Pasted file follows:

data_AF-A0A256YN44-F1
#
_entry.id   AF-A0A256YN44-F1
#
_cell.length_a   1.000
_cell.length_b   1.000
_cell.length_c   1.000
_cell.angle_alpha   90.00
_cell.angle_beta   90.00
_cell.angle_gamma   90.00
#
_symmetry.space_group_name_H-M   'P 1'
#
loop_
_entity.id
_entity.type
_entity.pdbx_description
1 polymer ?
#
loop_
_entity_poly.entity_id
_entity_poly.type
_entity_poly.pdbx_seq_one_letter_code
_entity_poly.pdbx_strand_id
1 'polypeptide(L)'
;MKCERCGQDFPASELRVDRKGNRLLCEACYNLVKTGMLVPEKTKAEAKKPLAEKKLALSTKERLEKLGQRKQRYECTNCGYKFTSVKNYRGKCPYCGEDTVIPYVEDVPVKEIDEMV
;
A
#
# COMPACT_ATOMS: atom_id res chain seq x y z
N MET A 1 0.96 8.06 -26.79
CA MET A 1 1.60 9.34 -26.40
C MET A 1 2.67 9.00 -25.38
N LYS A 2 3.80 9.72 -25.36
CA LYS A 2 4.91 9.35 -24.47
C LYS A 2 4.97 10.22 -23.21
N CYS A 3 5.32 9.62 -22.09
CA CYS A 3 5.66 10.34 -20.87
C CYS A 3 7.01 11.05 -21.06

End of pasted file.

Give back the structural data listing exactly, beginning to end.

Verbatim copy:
data_AF-A0A256YN44-F1
#
_entry.id   AF-A0A256YN44-F1
#
_cell.length_a   1.000
_cell.length_b   1.000
_cell.length_c   1.000
_cell.angle_alpha   90.00
_cell.angle_beta   90.00
_cell.angle_gamma   90.00
#
_symmetry.space_group_name_H-M   'P 1'
#
loop_
_entity.id
_entity.type
_entity.pdbx_description
1 polymer ?
#
loop_
_entity_poly.entity_id
_entity_poly.type
_entity_poly.pdbx_seq_one_letter_code
_entity_poly.pdbx_strand_id
1 'polypeptide(L)'
;MKCERCGQDFPASELRVDRKGNRLLCEACYNLVKTGMLVPEKTKAEAKKPLAEKKLALSTKERLEKLGQRKQRYECTNCGYKFTSVKNYRGKCPYCGEDTVIPYVEDVPVKEIDEMV
;
A
#
# COMPACT_ATOMS: atom_id res chain seq x y z
N MET A 1 0.96 8.06 -26.79
CA MET A 1 1.60 9.34 -26.40
C MET A 1 2.67 9.00 -25.38
N LYS A 2 3.80 9.72 -25.36
CA LYS A 2 4.91 9.35 -24.47
C LYS A 2 4.97 10.22 -23.21
N CYS A 3 5.32 9.62 -22.09
CA CYS A 3 5.66 10.34 -20.87
C CYS A 3 7.01 11.05 -21.06